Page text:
KANSAS CITY, Mo. -- Some people have excruciating pain in the face with no apparent cause. It's sometimes called the suicide disease because people who have it want to die.
Max Norman of Joplin had the sharp, shooting pain in one side of his face a few times a day to many times. He compares it to electrical shock.
"Like if you had an extension cord and somebody cut the end of it off and plugged it into a wall socket and stuck it inside my face," says Max.
Max eventually got a diagnosis -- trigeminal neuralgia.
Dr. Stephen Griffith of Saint Luke's Neuroscience Institute shows us the trigeminal nerve off the brain stem. In trigeminal neuralgia, a blood vessel is sitting on the nerve.
"Those should be separate," says Dr. Griffith.
When the vessel compresses the nerve, jolts of pain can surge through the branches of the nerve in the face.
Medication no longer relieved Max's pain. A friend happened to see a brochure about Dr. Griffith. Soon, Max was having a surgery. Behind the ear, a small hole is made in the skull.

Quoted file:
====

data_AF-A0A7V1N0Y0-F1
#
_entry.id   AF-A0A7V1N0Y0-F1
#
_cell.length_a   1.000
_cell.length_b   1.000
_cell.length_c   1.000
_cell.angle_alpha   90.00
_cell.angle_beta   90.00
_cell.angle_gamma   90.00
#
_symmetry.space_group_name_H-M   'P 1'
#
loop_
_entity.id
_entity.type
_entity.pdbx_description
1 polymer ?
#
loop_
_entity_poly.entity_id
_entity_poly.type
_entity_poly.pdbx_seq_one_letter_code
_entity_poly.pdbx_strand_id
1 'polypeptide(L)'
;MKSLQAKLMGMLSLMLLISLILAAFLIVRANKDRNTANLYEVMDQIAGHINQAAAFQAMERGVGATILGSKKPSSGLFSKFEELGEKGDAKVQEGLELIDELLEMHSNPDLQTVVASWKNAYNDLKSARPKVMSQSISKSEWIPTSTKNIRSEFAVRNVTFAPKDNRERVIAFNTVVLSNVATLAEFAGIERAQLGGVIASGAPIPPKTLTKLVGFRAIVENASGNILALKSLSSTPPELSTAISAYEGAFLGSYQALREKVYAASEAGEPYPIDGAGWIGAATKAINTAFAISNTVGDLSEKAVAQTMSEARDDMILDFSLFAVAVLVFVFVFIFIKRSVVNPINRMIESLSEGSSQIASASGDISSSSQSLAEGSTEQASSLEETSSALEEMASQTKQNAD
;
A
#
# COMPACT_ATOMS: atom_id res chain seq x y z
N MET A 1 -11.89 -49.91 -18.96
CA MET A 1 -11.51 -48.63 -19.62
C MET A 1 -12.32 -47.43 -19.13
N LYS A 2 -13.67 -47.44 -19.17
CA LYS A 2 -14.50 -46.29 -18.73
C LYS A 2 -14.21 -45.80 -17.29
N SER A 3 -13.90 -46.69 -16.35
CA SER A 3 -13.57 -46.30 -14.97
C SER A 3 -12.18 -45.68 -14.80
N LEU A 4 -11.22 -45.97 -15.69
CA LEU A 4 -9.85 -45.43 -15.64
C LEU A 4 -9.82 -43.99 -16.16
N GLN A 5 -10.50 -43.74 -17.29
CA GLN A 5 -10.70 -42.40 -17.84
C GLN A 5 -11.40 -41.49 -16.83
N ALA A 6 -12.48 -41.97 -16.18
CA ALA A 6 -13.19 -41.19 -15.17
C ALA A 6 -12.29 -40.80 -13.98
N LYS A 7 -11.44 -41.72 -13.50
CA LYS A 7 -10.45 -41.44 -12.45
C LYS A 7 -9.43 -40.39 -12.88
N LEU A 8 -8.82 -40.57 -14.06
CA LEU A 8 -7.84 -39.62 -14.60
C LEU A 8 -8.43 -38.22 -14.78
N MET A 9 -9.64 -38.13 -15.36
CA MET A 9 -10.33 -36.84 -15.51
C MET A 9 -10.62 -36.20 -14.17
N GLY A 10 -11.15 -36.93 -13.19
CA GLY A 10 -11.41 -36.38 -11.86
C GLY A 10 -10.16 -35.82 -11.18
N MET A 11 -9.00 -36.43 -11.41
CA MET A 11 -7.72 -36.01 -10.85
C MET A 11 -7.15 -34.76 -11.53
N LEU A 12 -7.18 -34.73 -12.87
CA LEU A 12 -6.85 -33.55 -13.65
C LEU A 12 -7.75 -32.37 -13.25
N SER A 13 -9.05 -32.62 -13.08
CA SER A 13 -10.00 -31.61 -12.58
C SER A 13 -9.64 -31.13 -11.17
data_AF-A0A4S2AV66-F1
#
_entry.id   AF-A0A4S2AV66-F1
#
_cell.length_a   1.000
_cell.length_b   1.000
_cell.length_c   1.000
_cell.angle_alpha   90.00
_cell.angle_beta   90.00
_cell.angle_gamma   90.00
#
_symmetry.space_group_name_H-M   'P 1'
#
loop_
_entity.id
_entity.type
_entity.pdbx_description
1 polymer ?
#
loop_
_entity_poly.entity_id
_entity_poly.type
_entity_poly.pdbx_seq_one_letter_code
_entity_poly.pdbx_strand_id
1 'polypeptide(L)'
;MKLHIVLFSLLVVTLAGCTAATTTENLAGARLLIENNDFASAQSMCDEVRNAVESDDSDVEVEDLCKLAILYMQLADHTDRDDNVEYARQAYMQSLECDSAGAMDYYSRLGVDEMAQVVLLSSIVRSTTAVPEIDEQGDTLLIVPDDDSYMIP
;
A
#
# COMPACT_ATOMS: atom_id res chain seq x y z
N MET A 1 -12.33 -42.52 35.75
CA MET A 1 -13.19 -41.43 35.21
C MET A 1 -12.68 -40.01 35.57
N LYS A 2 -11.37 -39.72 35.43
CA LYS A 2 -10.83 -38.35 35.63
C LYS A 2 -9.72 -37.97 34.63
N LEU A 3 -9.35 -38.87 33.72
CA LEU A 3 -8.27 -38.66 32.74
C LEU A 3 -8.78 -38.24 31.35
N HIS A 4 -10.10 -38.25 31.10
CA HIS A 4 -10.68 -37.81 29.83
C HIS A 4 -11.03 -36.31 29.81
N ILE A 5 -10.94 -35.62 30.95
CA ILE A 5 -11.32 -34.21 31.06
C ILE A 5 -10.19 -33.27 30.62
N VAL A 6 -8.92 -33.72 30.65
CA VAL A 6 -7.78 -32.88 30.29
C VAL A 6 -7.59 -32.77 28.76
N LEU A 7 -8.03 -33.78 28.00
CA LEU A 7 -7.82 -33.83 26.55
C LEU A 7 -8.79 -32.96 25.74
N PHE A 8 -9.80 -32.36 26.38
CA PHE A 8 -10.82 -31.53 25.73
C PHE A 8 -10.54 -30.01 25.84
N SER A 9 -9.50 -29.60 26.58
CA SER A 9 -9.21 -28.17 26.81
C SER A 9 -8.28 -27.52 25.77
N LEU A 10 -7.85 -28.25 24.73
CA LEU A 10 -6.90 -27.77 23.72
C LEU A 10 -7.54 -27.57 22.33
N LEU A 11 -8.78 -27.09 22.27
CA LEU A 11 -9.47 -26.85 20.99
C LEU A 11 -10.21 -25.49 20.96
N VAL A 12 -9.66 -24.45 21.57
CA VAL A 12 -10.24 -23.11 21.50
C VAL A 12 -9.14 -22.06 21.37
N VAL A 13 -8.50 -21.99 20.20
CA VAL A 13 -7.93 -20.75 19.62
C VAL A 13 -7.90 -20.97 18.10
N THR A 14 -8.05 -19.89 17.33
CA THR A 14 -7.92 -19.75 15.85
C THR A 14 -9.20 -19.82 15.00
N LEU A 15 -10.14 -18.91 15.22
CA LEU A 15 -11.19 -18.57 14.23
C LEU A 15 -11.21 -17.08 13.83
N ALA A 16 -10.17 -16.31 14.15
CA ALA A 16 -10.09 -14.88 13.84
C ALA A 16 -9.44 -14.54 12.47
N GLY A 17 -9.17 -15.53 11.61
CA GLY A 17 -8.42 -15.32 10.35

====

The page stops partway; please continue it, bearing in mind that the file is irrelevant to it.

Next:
"That allows me to sneak in along the surface of the brain to the trigeminal nerve and then insulte that nerve away from the artery," explains Dr. Griffith.
A little Teflon pad is placed between the vessel and the nerve to keep them apart. Surgery risks include damage to hearing nerves although the neurosurgeon says monitoring equipment minimizes the risk.
Max says the results of surgery were immediate and complete.
"The pain was gone and has not come back," he says.
The surgery was in November. Dr. Griffith says it's highly likely Max will never have that shocking pain again. He says there are other treatment options for patients who don't want to have surgery or cannot have it.